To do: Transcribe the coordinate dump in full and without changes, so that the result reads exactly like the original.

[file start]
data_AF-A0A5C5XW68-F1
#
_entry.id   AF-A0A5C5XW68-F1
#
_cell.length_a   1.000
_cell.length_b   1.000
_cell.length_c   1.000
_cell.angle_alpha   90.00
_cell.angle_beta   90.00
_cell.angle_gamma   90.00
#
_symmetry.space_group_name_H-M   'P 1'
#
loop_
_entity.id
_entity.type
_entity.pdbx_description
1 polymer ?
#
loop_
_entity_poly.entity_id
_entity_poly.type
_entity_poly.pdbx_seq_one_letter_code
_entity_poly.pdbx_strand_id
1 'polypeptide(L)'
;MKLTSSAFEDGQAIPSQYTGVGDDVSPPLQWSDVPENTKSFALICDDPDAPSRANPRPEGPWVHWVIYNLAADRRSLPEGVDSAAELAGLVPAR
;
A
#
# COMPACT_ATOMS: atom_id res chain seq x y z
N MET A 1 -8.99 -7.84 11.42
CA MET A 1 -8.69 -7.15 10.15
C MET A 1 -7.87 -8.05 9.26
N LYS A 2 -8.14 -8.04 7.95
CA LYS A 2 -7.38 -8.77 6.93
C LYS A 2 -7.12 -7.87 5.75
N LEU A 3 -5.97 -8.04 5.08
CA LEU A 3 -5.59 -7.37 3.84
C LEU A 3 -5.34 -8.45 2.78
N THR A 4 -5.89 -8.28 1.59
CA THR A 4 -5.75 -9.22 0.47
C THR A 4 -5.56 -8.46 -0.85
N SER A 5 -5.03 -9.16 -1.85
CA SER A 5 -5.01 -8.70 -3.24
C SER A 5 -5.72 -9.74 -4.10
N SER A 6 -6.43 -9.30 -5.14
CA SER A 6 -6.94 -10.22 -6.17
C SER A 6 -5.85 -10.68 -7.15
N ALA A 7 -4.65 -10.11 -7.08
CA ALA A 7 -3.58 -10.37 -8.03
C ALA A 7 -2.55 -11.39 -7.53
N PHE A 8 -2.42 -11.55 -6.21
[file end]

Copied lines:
data_AF-A0A5C5XW68-F1
#
_entry.id   AF-A0A5C5XW68-F1
#
_cell.length_a   1.000
_cell.length_b   1.000
_cell.length_c   1.000
_cell.angle_alpha   90.00
_cell.angle_beta   90.00
_cell.angle_gamma   90.00
#
_symmetry.space_group_name_H-M   'P 1'
#
loop_
_entity.id
_entity.type
_entity.pdbx_description
1 polymer ?
#
loop_
_entity_poly.entity_id
_entity_poly.type
_entity_poly.pdbx_seq_one_letter_code
_entity_poly.pdbx_strand_id
1 'polypeptide(L)'
;MKLTSSAFEDGQAIPSQYTGVGDDVSPPLQWSDVPENTKSFALICDDPDAPSRANPRPEGPWVHWVIYNLAADRRSLPEGVDSAAELAGLVPAR
;
A
#
# COMPACT_ATOMS: atom_id res chain seq x y z
N MET A 1 -8.99 -7.84 11.42
CA MET A 1 -8.69 -7.15 10.15
C MET A 1 -7.87 -8.05 9.26
N LYS A 2 -8.14 -8.04 7.95
CA LYS A 2 -7.38 -8.77 6.93
C LYS A 2 -7.12 -7.87 5.75
N LEU A 3 -5.97 -8.04 5.08
CA LEU A 3 -5.59 -7.37 3.84
C LEU A 3 -5.34 -8.45 2.78
N THR A 4 -5.89 -8.28 1.59
CA THR A 4 -5.75 -9.22 0.47
C THR A 4 -5.56 -8.46 -0.85
N SER A 5 -5.03 -9.16 -1.85
CA SER A 5 -5.01 -8.70 -3.24
C SER A 5 -5.72 -9.74 -4.10
N SER A 6 -6.43 -9.30 -5.14
CA SER A 6 -6.94 -10.22 -6.17
C SER A 6 -5.85 -10.68 -7.15
N ALA A 7 -4.65 -10.11 -7.08
CA ALA A 7 -3.58 -10.37 -8.03
C ALA A 7 -2.55 -11.39 -7.53
N PHE A 8 -2.42 -11.55 -6.21